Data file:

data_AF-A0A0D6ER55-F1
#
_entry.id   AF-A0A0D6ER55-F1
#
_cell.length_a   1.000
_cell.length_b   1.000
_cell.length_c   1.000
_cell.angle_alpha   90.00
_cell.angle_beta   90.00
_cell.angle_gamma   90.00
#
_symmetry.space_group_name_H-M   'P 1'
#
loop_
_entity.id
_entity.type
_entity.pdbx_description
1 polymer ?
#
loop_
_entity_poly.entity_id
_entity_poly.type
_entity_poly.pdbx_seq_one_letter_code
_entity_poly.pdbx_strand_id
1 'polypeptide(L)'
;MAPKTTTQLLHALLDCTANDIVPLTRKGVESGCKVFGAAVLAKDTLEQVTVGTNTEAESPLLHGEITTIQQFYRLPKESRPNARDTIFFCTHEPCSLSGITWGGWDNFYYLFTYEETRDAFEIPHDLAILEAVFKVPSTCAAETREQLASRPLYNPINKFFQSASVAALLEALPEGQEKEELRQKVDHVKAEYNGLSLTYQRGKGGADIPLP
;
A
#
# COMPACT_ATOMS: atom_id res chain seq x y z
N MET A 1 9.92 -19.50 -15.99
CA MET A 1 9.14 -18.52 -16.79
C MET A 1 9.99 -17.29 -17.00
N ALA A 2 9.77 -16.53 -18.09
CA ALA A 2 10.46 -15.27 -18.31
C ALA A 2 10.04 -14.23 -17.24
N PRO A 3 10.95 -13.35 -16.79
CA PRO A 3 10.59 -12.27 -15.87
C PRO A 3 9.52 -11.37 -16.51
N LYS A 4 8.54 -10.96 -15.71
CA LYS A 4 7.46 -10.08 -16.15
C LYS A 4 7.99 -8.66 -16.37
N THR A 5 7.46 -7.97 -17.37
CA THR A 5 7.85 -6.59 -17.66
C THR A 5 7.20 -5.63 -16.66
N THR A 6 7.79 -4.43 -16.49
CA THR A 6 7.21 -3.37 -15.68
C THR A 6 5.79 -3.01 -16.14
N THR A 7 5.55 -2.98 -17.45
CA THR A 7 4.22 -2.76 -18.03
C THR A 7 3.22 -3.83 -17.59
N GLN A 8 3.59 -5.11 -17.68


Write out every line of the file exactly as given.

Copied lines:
data_AF-A0A0D6ER55-F1
#
_entry.id   AF-A0A0D6ER55-F1
#
_cell.length_a   1.000
_cell.length_b   1.000
_cell.length_c   1.000
_cell.angle_alpha   90.00
_cell.angle_beta   90.00
_cell.angle_gamma   90.00
#
_symmetry.space_group_name_H-M   'P 1'
#
loop_
_entity.id
_entity.type
_entity.pdbx_description
1 polymer ?
#
loop_
_entity_poly.entity_id
_entity_poly.type
_entity_poly.pdbx_seq_one_letter_code
_entity_poly.pdbx_strand_id
1 'polypeptide(L)'
;MAPKTTTQLLHALLDCTANDIVPLTRKGVESGCKVFGAAVLAKDTLEQVTVGTNTEAESPLLHGEITTIQQFYRLPKESRPNARDTIFFCTHEPCSLSGITWGGWDNFYYLFTYEETRDAFEIPHDLAILEAVFKVPSTCAAETREQLASRPLYNPINKFFQSASVAALLEALPEGQEKEELRQKVDHVKAEYNGLSLTYQRGKGGADIPLP
;
A
#
# COMPACT_ATOMS: atom_id res chain seq x y z
N MET A 1 9.92 -19.50 -15.99
CA MET A 1 9.14 -18.52 -16.79
C MET A 1 9.99 -17.29 -17.00
N ALA A 2 9.77 -16.53 -18.09
CA ALA A 2 10.46 -15.27 -18.31
C ALA A 2 10.04 -14.23 -17.24
N PRO A 3 10.95 -13.35 -16.79
CA PRO A 3 10.59 -12.27 -15.87
C PRO A 3 9.52 -11.37 -16.51
N LYS A 4 8.54 -10.96 -15.71
CA LYS A 4 7.46 -10.08 -16.15
C LYS A 4 7.99 -8.66 -16.37
N THR A 5 7.46 -7.97 -17.37
CA THR A 5 7.85 -6.59 -17.66
C THR A 5 7.20 -5.63 -16.66
N THR A 6 7.79 -4.43 -16.49
CA THR A 6 7.21 -3.37 -15.68
C THR A 6 5.79 -3.01 -16.14
N THR A 7 5.55 -2.98 -17.45
CA THR A 7 4.22 -2.76 -18.03
C THR A 7 3.22 -3.83 -17.59
N GLN A 8 3.59 -5.11 -17.68